Si un être peut être le produit d’un sol dont on goûte en lui le charme particulier, plus encore que la paysanne que j’avais tant désiré voir apparaître quand j’errais seul du côté de Méséglise, dans les bois de Roussainville, ce devait être la grande fille que je vis sortir de cette maison et, sur le sentier qu’illuminait obliquement le soleil levant, venir vers la gare en portant une jarre de lait. Dans la vallée à qui ces hauteurs cachaient le reste du monde, elle ne devait jamais voir personne que dans ces trains qui ne s’arrêtaient qu’un instant. Elle longea les wagons, offrant du café au lait à quelques voyageurs réveillés. Empourpré des reflets du matin, son visage était plus rose que le ciel. Je ressentis devant elle ce désir de vivre qui renaît en nous chaque fois que nous prenons de nouveau conscience de la beauté et du bonheur. Nous oublions toujours qu’ils sont individuels et, leur substituant dans notre esprit un type de convention que nous formons en faisant une sorte de moyenne entre les différents visages qui nous ont plu, entre les plaisirs que nous avons connus, nous n’avons que des images abstraites qui sont languissantes et fades parce qu’il leur manque précisément ce caractère d’une chose nouvelle, différente de ce que nous avons connu, ce caractère qui est propre à la beauté et au bonheur. Et nous portons sur la vie un jugement pessimiste et que nous supposons juste, car nous avons cru y faire entrer en ligne de compte le bonheur et la beauté quand nous les avons omis et remplacés par des synthèses où d’eux il n’y a pas un seul atome. C’est ainsi que bâille d’avance d’ennui un lettré à qui on parle d’un nouveau « beau livre », parce qu’il imagine une sorte de composé de tous les beaux livres qu’il a lus, tandis qu’un beau livre est particulier, imprévisible, et n’est pas fait de la somme de tous les chefs-d’œuvre précédents mais de quelque chose que s’être parfaitement assimilé cette somme ne suffit nullement à faire trouver, car c’est justement en dehors d’elle. Dès qu’il a eu connaissance de cette nouvelle œuvre, le lettré, tout à l’heure blasé, se sent de l’intérêt pour la réalité qu’elle dépeint. Telle, étrangère aux modèles de beauté que dessinait ma pensée quand je me trouvais seul, la belle fille me donna aussitôt le goût d’un certain bonheur (seule forme, toujours particulière, sous laquelle nous puissions connaître le goût du bonheur), d’un bonheur qui se réaliserait en vivant auprès d’elle. Mais ici encore la cessation momentanée de l’Habitude agissait pour une grande part. Je faisais bénéficier la marchande de lait de ce que c’était mon être complet, apte à goûter de vives jouissances, qui était en face d’elle. C’est d’ordinaire avec notre être réduit au minimum que nous vivons, la plupart de nos facultés restent endormies parce qu’elles se reposent sur l’habitude qui sait ce qu’il y a à faire et n’a pas besoin d’elles. Mais par ce matin de voyage l’interruption de la routine de mon existence, le changement de lieu et d’heure avaient rendu leur présence indispensable. Mon habitude qui était sédentaire et n’était pas matinale faisait défaut, et toutes mes facultés étaient accourues pour la remplacer, rivalisant entre elles de zèle –s’élevant toutes, comme des vagues, à un même niveau inaccoutumé –de la plus basse à la plus noble, de la respiration, de l’appétit, et de la circulation sanguine à la sensibilité et à l’imagination. Je ne sais si, en me faisant croire que cette fille n’était pas pareille aux autres femmes, le charme sauvage de ces lieux ajoutait au sien, mais elle le leur rendait. La vie m’aurait paru délicieuse si seulement j’avais pu, heure par heure, la passer avec elle, l’accompagner jusqu’au torrent, jusqu’à la vache, jusqu’au train, être toujours à ses côtés, me sentir connu d’elle, ayant ma place dans sa pensée. Elle m’aurait initié aux charmes de la vie rustique et des premières heures du jour. Je lui fis signe qu’elle vînt me donner du café au lait. J’avais besoin d’être remarqué d’elle. Elle ne me vit pas, je l’appelai. Au-dessus de son corps très grand, le teint de sa figure était si doré et si rose qu’elle avait l’air d’être vue à travers un vitrail illuminé. Elle revint sur ses pas, je ne pouvais détacher mes yeux de son visage de plus en plus large, pareil à un soleil qu’on pourrait fixer et qui s’approcherait jusqu’à venir tout près de vous, se laissant regarder de près, vous éblouissant d’or et de rouge. Elle posa sur moi son regard perçant, mais comme les employés fermaient les portières, le train se mit en marche ; je la vis quitter la gare et reprendre le sentier, il faisait grand jour maintenant : je m’éloignais de l’aurore.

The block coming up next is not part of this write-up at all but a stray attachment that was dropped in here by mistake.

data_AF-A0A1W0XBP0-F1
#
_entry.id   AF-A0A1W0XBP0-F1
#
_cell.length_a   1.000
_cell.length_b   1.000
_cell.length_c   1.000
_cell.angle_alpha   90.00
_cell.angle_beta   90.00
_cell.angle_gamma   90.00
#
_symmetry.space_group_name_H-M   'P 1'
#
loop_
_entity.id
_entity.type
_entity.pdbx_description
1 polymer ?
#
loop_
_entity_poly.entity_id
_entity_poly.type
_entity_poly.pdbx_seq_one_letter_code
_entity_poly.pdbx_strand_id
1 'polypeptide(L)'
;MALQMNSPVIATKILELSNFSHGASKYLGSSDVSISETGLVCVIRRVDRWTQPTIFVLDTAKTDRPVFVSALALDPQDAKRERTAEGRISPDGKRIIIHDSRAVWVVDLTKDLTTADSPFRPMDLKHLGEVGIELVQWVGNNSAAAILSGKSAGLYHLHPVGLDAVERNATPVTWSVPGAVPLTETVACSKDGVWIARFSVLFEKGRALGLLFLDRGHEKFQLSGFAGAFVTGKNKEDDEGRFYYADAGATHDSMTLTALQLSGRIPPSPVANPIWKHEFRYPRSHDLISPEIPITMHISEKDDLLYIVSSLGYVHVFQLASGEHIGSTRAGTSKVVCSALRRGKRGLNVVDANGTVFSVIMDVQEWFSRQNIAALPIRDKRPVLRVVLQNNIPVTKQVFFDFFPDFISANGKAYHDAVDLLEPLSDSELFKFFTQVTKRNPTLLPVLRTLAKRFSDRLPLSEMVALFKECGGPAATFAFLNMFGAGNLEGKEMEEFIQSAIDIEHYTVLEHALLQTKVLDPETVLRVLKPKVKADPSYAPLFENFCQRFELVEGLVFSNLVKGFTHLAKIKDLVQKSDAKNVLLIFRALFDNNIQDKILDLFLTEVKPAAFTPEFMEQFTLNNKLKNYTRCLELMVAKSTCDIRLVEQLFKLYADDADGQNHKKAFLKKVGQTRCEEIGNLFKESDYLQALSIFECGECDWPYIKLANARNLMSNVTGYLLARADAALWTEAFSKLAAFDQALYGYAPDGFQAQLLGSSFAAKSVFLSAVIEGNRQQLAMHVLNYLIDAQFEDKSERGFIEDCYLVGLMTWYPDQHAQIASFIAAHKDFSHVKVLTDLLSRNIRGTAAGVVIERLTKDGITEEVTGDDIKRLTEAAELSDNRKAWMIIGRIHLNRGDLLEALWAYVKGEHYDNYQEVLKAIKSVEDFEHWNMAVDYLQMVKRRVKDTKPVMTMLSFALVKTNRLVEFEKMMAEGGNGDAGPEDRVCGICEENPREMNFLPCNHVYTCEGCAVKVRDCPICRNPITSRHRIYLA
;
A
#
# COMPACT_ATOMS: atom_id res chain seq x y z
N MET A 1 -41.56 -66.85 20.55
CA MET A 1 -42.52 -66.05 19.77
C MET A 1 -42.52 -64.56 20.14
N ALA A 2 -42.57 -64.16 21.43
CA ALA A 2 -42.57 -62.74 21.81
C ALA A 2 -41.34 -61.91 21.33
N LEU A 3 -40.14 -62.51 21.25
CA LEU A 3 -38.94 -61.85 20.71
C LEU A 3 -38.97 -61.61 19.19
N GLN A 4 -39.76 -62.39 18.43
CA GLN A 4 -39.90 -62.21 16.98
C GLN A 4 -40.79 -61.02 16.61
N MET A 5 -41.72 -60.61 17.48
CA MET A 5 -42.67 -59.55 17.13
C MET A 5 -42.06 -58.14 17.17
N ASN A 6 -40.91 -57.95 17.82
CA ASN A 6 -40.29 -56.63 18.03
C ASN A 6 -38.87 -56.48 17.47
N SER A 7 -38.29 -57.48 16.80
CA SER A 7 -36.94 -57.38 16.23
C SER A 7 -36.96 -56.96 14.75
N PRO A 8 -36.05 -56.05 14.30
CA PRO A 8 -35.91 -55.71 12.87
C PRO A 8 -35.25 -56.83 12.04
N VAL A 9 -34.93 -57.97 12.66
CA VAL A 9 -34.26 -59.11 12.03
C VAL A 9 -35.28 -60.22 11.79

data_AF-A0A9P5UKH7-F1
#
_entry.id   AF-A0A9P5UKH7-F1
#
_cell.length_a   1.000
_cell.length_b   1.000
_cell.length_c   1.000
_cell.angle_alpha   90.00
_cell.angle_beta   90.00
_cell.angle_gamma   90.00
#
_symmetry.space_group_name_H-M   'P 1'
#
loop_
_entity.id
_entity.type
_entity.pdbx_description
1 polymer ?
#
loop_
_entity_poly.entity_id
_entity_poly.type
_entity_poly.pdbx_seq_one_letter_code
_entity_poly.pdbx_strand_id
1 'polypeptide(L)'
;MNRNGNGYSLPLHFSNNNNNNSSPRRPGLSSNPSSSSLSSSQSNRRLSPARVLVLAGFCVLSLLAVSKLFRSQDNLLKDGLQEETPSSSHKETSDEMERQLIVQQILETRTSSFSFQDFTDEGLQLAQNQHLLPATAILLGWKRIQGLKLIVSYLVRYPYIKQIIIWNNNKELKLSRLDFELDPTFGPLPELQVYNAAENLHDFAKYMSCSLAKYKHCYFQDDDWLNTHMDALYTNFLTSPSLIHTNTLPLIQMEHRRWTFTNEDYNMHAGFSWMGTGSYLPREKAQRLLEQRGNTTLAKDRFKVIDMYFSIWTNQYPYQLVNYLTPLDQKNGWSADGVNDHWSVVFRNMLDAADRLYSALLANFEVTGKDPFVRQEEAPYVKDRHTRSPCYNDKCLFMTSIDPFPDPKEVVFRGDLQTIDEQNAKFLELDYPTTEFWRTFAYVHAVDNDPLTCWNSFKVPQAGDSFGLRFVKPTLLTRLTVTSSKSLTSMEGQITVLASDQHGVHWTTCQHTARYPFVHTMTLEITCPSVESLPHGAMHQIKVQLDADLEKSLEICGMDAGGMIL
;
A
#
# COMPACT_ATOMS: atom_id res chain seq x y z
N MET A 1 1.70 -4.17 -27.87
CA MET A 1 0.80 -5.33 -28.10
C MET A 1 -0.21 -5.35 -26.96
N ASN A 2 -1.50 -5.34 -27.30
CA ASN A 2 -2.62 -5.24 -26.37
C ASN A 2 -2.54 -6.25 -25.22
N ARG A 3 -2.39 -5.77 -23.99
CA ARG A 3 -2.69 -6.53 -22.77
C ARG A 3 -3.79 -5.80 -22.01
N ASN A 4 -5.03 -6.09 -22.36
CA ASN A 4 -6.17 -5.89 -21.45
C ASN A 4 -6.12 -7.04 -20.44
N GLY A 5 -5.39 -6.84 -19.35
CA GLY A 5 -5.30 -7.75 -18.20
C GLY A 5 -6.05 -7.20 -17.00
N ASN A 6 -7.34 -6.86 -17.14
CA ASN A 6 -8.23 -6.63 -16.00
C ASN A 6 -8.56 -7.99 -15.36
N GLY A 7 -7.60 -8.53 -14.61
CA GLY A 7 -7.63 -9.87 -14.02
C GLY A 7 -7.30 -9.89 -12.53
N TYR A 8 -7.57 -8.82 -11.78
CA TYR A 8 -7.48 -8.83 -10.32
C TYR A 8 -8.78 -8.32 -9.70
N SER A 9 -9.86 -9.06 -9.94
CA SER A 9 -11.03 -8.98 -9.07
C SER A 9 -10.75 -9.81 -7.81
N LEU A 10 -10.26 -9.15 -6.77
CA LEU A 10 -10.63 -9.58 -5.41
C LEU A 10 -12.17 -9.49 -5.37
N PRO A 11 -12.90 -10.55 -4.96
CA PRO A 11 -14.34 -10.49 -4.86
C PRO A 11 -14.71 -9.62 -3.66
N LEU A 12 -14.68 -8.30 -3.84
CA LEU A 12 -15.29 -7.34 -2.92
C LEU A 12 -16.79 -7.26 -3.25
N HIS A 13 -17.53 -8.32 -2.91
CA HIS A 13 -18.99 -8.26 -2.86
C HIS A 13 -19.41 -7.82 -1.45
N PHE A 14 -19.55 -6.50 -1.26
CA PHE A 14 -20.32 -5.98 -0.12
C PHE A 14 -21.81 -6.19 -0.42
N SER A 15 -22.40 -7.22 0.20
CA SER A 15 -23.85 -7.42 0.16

À l'ombre des jeunes filles en fleur, Marcel Proust 1918, Humanis Edition, Loc 11886